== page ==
Wednesday, October 21, 2009

Galway County, Wisconsin

[A short story for my creative writing class. Any criticism appreciated.]

Horace sat alone at the kitchen table, reading his newest volume of Irish history. He didn’t notice that his mug of hot cider had melted the thin plastic of the tablecloth again. Silently turning the pages, Horace lost himself in the mysteries of the old country. By degrees, he lost all sense of self. He forgot he was a sixty-three year old man in Wisconsin; in his mind he was a strong young man in Ireland. He forgot he worked in a sad gray office building all day; in his mind he was a historical researcher for National Geographic, being paid to explore the weird old ruins on Ireland’s rugged west coast, near the choppy shores of the North Atlantic.

Holding the heavy book, Horace fell into a half-sleep. Suddenly, he wasn’t pretending anymore—he truly believed he was an explorer in Ireland. In his half-conscious stupor, Horace went over to the closet to put on some hiking boots. Opening the door, he hardly blinked as various odds and ends clattered out into the hall behind him. He put on two mismatching hiking boots and a bright yellow raincoat over his rumpled plaid shirt. With a gray fedora on his graying head and an old umbrella in hand, he ventured forth.

Outside, it was snowing for about the fortieth time that winter. “How curious! Snow, at this time of year!” Horace shouted madly to himself, his gray mustache positively quivering with excitement. “And in the county Galway! Won’t Penny be surprised to hear this!” He twirled dizzily in the wind.

Horace meandered across the gritty sand toward the shoreline of Lake Michigan. “The sea! The sea! I must be in Galway Bay!” he cried, swaying a bit in the gale. His poor umbrella struggled valiantly, suddenly turning inside out. “Oysters, I must dig for oysters!” Horace poked rather limply at the snowy sand with the broken umbrella.

A Coast Guard officer was patrolling the perimeter of the shore. She frowned. What was this man doing out here, in the cold? Surely he’d heard the news of the imminent blizzard. “Hey, what are you doing?” she called out.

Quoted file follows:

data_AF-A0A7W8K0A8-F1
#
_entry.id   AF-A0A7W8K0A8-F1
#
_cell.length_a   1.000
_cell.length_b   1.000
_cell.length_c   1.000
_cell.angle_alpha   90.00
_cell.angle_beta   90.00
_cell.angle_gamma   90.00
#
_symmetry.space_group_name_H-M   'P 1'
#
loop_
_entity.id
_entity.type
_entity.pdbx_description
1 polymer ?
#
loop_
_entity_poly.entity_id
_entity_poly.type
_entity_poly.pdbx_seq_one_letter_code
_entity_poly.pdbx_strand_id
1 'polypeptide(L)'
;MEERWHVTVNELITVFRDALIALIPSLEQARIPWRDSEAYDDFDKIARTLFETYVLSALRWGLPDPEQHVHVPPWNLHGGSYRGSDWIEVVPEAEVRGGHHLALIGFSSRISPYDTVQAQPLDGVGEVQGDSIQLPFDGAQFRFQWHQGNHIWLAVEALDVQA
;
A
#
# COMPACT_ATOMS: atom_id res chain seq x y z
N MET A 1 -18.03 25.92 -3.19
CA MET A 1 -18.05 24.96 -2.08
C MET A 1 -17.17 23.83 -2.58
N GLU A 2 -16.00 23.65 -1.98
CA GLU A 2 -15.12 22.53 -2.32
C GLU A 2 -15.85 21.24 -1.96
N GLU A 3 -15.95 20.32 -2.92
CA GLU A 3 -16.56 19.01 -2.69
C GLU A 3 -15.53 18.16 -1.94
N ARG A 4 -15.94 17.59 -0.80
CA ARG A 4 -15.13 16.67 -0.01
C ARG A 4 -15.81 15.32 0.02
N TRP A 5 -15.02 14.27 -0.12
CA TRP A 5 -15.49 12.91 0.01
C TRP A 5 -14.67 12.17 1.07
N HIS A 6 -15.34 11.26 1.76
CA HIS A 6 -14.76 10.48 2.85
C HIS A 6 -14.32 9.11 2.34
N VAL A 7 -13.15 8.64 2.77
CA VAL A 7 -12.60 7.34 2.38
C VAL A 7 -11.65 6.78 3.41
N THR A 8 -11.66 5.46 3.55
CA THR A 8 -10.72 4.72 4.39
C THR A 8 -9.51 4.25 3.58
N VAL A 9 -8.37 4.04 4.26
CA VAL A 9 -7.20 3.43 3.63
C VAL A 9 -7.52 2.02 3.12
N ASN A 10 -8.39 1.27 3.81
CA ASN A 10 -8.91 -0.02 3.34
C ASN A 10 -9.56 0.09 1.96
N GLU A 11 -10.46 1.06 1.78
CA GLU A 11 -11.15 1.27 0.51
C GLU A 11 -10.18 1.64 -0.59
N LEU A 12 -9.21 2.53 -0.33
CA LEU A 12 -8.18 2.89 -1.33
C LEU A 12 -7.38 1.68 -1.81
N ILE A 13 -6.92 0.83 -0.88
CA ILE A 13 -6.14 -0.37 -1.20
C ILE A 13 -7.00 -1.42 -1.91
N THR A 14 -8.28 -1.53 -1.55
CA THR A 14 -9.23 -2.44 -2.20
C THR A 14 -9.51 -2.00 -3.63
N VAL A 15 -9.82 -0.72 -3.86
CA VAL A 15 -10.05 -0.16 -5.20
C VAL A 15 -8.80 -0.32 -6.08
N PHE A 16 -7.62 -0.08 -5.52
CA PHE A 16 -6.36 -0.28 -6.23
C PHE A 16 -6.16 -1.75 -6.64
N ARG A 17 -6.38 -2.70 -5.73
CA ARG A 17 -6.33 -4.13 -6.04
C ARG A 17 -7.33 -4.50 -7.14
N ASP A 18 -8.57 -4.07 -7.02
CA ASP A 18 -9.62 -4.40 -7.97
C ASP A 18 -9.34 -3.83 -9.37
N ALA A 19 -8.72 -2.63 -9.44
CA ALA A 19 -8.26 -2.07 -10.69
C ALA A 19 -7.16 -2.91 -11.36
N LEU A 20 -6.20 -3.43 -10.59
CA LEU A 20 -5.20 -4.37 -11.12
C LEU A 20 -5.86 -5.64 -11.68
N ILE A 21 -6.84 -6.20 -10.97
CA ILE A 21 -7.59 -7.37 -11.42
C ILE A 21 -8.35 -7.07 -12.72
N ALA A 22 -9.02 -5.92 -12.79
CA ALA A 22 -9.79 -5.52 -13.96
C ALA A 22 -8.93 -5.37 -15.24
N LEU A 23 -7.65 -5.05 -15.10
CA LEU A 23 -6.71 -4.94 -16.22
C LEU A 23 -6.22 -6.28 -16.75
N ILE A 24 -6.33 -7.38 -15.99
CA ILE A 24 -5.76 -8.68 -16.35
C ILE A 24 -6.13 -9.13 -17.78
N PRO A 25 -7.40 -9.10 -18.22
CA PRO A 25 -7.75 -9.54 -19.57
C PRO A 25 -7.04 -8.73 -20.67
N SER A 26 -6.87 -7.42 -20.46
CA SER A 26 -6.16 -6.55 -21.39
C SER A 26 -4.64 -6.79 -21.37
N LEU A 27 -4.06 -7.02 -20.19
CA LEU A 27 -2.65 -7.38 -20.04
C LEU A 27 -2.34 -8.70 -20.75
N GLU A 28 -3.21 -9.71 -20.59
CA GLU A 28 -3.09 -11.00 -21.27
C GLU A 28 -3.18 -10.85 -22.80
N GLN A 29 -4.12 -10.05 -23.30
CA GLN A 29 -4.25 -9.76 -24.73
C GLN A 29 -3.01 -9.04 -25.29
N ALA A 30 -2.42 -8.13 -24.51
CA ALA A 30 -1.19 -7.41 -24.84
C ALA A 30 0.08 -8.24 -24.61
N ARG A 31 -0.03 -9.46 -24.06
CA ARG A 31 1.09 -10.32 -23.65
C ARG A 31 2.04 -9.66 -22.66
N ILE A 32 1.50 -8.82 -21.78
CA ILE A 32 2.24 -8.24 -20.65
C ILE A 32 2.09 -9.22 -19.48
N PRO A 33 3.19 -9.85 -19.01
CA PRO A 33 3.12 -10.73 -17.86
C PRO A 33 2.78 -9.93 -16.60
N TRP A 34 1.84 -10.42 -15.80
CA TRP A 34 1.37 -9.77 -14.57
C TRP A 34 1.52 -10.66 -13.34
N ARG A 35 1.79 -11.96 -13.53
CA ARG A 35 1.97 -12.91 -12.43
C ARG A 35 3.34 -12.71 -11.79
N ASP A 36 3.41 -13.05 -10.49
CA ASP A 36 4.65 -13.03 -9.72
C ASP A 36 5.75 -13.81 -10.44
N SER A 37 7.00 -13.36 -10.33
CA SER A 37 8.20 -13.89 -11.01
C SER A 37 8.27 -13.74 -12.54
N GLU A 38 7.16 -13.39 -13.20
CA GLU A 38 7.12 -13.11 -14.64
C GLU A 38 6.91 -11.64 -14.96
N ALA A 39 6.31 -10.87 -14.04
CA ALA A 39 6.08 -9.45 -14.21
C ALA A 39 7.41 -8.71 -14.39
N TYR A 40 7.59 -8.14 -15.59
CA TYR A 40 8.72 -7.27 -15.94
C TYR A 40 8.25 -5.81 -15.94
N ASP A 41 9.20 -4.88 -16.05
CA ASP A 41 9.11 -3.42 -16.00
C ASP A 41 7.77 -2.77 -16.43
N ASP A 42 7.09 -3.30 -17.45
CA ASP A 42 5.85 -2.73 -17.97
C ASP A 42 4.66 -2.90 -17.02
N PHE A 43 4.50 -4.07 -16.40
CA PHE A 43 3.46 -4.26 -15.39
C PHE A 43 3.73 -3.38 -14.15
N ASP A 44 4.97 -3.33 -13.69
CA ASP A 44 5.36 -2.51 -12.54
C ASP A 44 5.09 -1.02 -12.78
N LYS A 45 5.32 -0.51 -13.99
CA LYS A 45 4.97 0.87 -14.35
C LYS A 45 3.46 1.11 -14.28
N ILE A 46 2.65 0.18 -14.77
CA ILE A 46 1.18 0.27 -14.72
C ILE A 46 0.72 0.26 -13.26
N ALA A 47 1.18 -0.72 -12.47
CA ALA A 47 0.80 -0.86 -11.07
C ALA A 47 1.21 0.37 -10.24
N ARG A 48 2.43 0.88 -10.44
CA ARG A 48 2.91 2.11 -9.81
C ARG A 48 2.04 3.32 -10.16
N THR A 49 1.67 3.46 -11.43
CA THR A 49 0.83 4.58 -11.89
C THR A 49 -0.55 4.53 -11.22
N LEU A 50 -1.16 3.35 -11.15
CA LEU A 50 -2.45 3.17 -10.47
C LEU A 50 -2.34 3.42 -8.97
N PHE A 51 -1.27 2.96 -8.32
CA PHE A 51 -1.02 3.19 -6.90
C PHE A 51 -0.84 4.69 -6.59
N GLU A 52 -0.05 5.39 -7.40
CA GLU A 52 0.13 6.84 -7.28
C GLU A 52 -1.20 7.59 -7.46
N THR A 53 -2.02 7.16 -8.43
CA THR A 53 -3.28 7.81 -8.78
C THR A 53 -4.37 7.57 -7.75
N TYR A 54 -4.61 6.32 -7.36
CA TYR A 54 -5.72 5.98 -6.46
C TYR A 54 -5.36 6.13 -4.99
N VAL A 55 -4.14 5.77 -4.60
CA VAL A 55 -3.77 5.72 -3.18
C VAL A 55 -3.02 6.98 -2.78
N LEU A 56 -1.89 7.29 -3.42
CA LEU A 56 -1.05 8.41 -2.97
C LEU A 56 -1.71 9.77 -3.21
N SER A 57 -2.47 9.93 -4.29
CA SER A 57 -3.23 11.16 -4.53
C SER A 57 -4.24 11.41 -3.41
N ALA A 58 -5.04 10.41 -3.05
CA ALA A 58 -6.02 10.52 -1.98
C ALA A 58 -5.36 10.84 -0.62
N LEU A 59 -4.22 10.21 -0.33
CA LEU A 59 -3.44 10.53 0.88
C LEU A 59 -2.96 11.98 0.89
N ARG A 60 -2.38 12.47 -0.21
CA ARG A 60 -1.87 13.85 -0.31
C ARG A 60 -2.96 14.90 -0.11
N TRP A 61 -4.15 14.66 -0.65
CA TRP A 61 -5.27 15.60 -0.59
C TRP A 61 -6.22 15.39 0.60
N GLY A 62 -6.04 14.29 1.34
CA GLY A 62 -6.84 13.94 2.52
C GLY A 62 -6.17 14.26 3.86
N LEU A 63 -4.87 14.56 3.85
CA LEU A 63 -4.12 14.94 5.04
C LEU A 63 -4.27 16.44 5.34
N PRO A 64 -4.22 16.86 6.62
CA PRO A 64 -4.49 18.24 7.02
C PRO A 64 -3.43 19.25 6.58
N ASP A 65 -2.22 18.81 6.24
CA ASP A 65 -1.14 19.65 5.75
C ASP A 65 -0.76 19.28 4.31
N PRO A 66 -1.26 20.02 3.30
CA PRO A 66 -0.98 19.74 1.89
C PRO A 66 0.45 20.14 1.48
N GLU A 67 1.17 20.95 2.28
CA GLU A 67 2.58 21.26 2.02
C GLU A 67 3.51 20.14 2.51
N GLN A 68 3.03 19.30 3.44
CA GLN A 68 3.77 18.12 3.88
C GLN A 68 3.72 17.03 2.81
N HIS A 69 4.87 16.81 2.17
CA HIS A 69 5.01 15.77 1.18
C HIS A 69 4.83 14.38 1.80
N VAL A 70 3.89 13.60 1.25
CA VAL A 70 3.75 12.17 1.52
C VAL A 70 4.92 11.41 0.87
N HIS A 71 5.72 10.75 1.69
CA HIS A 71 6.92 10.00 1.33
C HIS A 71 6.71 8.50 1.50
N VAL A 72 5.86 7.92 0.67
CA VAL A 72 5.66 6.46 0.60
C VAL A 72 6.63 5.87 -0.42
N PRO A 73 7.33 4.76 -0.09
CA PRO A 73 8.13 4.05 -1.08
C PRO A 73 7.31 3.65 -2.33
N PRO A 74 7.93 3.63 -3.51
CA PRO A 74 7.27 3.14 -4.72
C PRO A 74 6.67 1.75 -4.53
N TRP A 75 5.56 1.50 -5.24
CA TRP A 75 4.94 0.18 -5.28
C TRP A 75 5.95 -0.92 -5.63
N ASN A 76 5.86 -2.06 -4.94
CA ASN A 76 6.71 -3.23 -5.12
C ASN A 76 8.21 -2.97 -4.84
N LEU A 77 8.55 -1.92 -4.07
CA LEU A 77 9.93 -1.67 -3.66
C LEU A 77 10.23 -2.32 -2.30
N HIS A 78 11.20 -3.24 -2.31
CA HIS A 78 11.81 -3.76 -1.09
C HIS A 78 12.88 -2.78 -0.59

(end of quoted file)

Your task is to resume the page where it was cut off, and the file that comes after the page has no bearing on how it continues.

“Digging for oysters!” Horace cried, triumphantly displaying his catch.

The officer looked at Horace’s fist dubiously. It was clutching a bunch of rocks, dead plant matter, and sand. “Oh really?” She reached for the walkie-talkie on her hip.

Suddenly, Horace lurched over, snatching the device. “An artifact!” he crowed. “Good work, little lady! But this is only the beginning. We have so much left to find!” And with that, he turned around abruptly and galloped into the frigid water, now swirling with snow.

The officer kicked off her heavy boots and dove in after him. One way or another, Horace landed face-up on the Wisconsin beach. Soon enough he was in a screaming ambulance, tearing down the slippery streets.

He gasped desperately for breath. He came out of his trance. Someone was pushing on his ribcage. His lungs were on fire.

Horace frowned, struggling to focus on the hazy figures swarming above him in the dry, warm darkness. “Where am I?” he asked feebly.

The officer stopped giving CPR and smirked. “County Galway Hospital.”

2 comments:

Kenzie/Noodle said...

Oooo this is really good Gina! I love the part with the cider melting the tablecloth i don't really know why though. And i also love his outfit =). Ok this isn't really criticism but at the part where u say "He forgot he was a sixty-three year old man in Wisconsin; in his mind he was a strong young man in Ireland." and then you repeate "he forgot" i think you should somehow change that so you arent repeating "he forgot" just saying...and also "It was clutching a bunch of rocks, dead plant matter, and sand." should the "it" be "he?"

Gina said...

Thanks for the compliments, Kenzie! :)

I wanted to repeat that to enforce the fact that he was losing his sense of reality and escaping into complete delusions.

In that part, "it" referred to his fist, not him, but I can see how it would be more helpful to say "he".

My teacher really really liked the story, and seemed almost jealous of Horace's ability to escape reality in his own fantasy world...